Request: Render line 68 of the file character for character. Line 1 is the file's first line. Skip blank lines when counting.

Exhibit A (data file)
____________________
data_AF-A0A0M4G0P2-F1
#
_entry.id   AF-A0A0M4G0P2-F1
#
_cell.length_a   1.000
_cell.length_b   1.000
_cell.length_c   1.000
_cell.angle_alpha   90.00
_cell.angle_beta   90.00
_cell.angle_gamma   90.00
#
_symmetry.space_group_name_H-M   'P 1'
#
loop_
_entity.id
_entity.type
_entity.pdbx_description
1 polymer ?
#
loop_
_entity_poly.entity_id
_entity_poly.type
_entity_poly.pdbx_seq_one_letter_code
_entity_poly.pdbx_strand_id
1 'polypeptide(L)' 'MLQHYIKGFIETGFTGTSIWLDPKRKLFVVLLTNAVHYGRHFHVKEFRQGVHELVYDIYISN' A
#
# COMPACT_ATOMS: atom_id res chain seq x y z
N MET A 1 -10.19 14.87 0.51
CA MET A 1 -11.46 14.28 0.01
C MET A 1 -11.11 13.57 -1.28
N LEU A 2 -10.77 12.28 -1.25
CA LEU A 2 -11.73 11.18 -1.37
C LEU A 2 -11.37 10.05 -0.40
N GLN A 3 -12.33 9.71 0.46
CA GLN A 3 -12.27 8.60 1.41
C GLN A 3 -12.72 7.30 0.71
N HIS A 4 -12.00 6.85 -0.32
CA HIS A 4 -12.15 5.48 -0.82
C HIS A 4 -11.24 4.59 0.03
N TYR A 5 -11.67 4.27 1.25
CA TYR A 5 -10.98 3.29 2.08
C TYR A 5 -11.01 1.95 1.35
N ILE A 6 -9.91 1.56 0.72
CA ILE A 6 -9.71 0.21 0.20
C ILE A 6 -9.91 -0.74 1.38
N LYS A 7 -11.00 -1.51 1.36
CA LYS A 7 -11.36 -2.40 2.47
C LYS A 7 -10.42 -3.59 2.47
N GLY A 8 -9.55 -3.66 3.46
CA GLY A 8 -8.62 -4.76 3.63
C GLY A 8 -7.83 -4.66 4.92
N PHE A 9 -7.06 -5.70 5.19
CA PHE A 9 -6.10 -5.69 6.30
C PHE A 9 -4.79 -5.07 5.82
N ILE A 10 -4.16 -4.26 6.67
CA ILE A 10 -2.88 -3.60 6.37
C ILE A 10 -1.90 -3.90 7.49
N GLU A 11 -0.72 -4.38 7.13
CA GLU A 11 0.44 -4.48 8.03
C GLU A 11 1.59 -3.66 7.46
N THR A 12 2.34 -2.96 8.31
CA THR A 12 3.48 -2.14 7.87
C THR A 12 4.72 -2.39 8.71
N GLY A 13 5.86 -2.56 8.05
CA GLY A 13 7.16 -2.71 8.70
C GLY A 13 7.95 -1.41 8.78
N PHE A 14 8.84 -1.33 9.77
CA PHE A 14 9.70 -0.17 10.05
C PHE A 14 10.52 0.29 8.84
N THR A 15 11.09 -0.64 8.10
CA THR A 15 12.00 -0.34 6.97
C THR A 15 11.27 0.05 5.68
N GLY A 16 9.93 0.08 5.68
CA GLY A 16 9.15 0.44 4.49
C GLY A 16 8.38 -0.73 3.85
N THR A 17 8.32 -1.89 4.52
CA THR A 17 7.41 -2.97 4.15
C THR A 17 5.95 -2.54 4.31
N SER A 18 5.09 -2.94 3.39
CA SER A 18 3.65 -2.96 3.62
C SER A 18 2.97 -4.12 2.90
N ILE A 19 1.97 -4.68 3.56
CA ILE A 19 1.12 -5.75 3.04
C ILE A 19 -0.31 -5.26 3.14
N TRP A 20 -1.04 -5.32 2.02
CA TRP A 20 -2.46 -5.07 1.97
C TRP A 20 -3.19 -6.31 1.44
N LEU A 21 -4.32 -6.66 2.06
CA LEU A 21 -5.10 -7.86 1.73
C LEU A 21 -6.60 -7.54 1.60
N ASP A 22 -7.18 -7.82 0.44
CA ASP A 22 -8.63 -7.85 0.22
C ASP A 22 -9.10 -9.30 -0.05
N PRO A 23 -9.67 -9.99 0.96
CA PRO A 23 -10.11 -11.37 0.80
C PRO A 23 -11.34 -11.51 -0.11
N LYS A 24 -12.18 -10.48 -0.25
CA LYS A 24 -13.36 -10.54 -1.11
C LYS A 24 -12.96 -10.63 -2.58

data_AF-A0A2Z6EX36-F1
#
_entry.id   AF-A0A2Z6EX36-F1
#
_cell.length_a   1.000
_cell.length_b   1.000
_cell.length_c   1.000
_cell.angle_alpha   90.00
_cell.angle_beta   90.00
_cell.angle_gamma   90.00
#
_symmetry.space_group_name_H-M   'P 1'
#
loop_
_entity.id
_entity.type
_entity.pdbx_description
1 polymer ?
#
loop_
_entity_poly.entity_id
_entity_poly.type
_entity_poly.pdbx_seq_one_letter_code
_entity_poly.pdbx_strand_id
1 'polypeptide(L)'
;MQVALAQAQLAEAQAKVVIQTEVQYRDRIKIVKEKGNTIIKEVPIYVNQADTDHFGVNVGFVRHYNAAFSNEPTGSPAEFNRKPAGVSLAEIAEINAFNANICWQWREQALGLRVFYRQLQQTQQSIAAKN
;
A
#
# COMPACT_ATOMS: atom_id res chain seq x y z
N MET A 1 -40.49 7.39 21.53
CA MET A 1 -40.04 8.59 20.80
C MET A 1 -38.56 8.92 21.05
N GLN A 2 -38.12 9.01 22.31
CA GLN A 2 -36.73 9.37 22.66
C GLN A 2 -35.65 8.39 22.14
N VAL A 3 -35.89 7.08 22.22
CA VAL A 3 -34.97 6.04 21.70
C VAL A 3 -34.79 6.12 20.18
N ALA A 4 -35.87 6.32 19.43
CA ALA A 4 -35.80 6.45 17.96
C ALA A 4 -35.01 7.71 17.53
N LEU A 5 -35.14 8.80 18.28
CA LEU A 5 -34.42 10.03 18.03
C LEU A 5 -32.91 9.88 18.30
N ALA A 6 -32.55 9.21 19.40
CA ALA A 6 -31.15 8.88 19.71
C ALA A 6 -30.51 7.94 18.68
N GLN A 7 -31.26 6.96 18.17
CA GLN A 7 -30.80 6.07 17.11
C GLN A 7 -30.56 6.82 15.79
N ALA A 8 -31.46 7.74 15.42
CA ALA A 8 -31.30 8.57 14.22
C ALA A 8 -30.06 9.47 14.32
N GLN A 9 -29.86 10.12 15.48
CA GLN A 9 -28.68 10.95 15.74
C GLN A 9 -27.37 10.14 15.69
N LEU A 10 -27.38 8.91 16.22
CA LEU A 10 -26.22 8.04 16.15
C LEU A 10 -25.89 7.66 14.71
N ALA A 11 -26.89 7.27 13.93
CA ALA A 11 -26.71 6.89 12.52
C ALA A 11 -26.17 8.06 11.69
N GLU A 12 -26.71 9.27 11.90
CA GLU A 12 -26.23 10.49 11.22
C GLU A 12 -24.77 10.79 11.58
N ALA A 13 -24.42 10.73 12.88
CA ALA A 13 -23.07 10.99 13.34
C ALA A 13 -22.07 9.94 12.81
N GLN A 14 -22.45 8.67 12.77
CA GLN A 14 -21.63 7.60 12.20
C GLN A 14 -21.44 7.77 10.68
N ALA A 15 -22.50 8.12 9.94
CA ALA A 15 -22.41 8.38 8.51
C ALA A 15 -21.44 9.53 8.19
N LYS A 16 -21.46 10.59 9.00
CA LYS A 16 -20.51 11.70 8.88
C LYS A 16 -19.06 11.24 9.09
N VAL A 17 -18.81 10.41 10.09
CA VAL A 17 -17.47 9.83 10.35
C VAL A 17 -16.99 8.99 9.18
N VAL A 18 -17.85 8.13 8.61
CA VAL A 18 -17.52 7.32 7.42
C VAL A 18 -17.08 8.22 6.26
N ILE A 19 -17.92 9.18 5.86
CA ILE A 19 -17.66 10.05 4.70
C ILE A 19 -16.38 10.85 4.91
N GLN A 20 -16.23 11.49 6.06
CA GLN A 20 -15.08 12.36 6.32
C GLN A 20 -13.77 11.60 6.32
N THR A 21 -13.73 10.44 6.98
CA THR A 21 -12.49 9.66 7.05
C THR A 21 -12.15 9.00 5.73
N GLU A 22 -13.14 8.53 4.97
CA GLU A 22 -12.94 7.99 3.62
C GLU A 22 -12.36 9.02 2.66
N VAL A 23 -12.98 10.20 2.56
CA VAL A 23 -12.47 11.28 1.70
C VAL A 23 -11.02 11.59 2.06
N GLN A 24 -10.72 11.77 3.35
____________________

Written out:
CA PHE A 14 9.70 -0.17 10.05